The Mommy Wars. The Parent Wars. Whatever you want to call it, they are still raging and destroying. A few months ago, I wrote a letter to my college alumnae quarterly magazine and they published it in the Winter issue. The next magazine revealed a really heartbreaking response. And here we are, Summer, and the discussion continues! There are TWO letters regarding my inquiry in the Summer Quarterly and a mention from the Editor about how this dialogue is “interesting.” The best note I have received so far was sitting in my inbox this morning from an alumnae named Anne. I have read and re-read it three times already today. I teared up, laughed and snorted a little all from one note!
I feel like a broken record (but I’m used to that – I have curious toddlers remember) but I honestly just wanted a little ditty (a column here, a mention there) about how other Smithies were raising their children. I can only imagine that a women’s college produces quite a few mothers – I mean, you do the math. Being that these mothers hale from a spirited and rigorously academic institution, I thought that perhaps a fair number of them were using spirited and rigorously thoughtful ways of raising their children. Just as the Quarterly highlights the extraordinary feats of alumnae in government or the sciences to inspire those practicing in these fields, why not also highlight the extraordinary mothers to inspire the young who may be searching for some higher meaning in sweeping up yet another pile of cracker crumbs or explaining for the one hundredth time what cows like to eat.
Aside from the notion that “motherhood is commonplace” and therefore not remarkable enough to deserve even an itty bitty paragraph on the side of the last page, I think I was more upset that a fellow alumnae who most likely went through the same exhaustive schooling as I did, sat on the same Seeyle steps as so many women before her and went out into the world with a boat-load of hope, motivation and can-do attitude only to find that it is harder than ever to fill out that “superwoman” costume, was doing what too many women in our day do – criticize, scrutinize and look away. Where is that support that we as women are built to give each other? Where is the love and understanding? I mean, give me a break folks.
The fact that Mommy Wars even exist makes me sad. (I am just going go with the whole “Mommy” thing here even though I know there are plenty of stay-at-home Dads out in the world. Sorry fellas) Working mothers think stay-at-home mothers live the high life and vice versa. It is like two ships passing in the night – no one is listening to the other side. No one is appreciating the other point of view. Perhaps I was naive to think that as Smith women, we would be above that, that we would have used those precious and expensive learned skills to listen, to assess, to empathize…to really support each other as mothers, as workers, as women. But here we are, criticizing and scrutinizing and all in 200 words or less.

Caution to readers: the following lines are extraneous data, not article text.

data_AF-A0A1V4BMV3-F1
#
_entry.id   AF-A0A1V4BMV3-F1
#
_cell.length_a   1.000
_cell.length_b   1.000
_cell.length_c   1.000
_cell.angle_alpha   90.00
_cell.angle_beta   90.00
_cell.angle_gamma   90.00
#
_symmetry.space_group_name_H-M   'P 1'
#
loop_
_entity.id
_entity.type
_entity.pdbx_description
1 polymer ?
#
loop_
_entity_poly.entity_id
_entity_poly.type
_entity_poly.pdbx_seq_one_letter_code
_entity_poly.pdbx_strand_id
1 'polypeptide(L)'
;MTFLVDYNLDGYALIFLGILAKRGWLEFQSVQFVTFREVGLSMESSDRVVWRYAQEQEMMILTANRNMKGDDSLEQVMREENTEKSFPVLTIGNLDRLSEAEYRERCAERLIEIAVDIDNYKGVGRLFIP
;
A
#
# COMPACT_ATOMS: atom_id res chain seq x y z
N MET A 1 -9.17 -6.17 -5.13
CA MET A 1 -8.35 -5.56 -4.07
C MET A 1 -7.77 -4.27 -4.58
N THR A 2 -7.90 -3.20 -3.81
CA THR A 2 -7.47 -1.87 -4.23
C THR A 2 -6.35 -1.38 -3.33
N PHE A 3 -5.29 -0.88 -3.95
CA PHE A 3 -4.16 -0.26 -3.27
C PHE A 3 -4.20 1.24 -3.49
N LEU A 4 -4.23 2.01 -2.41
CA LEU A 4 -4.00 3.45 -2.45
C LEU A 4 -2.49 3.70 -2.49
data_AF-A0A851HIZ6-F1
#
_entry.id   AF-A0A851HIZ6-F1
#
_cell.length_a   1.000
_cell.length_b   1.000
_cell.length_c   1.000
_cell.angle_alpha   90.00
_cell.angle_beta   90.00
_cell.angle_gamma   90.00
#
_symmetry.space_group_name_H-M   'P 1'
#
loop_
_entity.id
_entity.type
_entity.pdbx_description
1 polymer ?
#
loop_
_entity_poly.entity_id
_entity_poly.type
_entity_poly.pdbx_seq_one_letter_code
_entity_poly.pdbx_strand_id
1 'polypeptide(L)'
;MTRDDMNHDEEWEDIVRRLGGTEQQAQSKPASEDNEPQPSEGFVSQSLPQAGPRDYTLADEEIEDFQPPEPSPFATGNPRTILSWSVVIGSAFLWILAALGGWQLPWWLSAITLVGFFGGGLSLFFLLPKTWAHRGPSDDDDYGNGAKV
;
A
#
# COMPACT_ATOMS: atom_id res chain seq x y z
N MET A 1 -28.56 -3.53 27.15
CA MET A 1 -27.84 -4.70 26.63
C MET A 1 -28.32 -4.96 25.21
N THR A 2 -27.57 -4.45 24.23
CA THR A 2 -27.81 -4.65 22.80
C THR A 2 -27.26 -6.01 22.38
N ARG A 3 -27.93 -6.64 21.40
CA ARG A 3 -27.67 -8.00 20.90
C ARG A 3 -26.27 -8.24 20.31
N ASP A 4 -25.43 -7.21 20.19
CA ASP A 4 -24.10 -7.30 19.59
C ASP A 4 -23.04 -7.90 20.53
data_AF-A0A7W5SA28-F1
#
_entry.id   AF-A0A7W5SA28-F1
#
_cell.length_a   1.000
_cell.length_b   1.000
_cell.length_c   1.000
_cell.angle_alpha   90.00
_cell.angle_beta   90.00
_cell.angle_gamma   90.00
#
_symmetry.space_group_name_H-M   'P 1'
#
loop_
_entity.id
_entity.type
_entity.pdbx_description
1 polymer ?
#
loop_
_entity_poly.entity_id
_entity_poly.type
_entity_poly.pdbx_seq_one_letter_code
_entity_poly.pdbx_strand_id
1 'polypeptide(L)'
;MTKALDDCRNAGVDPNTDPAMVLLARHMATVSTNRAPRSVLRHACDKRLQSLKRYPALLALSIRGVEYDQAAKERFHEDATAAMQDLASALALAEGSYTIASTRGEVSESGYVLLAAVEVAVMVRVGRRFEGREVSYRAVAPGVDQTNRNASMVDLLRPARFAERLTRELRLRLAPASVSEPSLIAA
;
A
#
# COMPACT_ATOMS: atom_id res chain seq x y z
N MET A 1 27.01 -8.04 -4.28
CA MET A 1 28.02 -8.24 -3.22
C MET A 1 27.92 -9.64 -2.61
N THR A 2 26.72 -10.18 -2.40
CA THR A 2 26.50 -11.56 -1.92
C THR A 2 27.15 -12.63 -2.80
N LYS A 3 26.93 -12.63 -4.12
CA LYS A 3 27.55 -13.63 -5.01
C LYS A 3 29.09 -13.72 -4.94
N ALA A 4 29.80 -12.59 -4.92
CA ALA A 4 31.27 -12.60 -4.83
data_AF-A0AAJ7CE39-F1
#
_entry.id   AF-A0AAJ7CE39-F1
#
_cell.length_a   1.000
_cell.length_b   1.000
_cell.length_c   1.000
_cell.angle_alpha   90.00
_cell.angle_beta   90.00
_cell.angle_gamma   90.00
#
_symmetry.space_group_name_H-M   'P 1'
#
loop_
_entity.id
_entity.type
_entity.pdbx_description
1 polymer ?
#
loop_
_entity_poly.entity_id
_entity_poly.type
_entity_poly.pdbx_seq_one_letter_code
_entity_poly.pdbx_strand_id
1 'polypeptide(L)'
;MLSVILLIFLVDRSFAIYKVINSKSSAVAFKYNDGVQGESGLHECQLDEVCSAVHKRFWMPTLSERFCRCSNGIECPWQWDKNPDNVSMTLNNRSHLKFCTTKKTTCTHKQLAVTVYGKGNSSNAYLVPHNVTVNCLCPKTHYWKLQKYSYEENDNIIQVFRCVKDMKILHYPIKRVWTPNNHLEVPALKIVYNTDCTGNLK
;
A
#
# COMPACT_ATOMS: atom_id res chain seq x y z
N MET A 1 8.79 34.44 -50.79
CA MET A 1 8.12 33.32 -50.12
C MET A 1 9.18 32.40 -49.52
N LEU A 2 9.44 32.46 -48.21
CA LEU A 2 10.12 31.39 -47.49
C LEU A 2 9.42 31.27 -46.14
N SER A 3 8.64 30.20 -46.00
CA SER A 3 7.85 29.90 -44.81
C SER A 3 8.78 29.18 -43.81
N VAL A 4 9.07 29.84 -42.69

I hope Anne doesn’t mind me quoting some of her note to me – I would love to just copy and paste the whole darn thang but want to keep most of it for myself – to pump me up as needed. So here is your little snippet: “The quote came down in my family (or in my head) as “A liberal arts education makes your mind a better place to spend the rest of your life.” That’s why you shelled out all those bucks and worked your ass off (I’m assuming) – as did I – not because we then ‘owe’ Smith or the world some amazing product – an MD, an internationally recognized work of art, a Nobel Prize, but because wherever life takes us – we bring good minds trained to assess, look for context, perspective… And when the outside experience sucks (as it will for most people at some time) or is mundane (as it is for everyone much of the time) our minds are not only better able to deal with the ‘out there,’ but have richer resources ‘in here’ to divert ourselves, steel ourselves, see beyond…”
Isn’t that just the truth?
Sooooo, can we all just agree that being a working parent sucks and being a stay-at-home parent sucks? Oh, is that too negative? Let me try again. Can we all just agree that being a working parent is the bee’s knees and being a stay-at-home parent is the cat’s meow? We are all doing what we feel we need to do so let’s pat each other on the back for sticking up for what’s best for us and our family. Regardless if Smith ever publishes something meaningful relating to motherhood, thanks to the responses I have received from various alumnae (along with friends and family), I am now more confident than ever that I am doing what is right for my family. And while I won’t get a promotion from my children or a raise from the household Gods, I get “paid” and “accolades” from the fits of laughter and hours of snuggle time. I know that right now, this is the most meaningful way me, myself and I can use this time.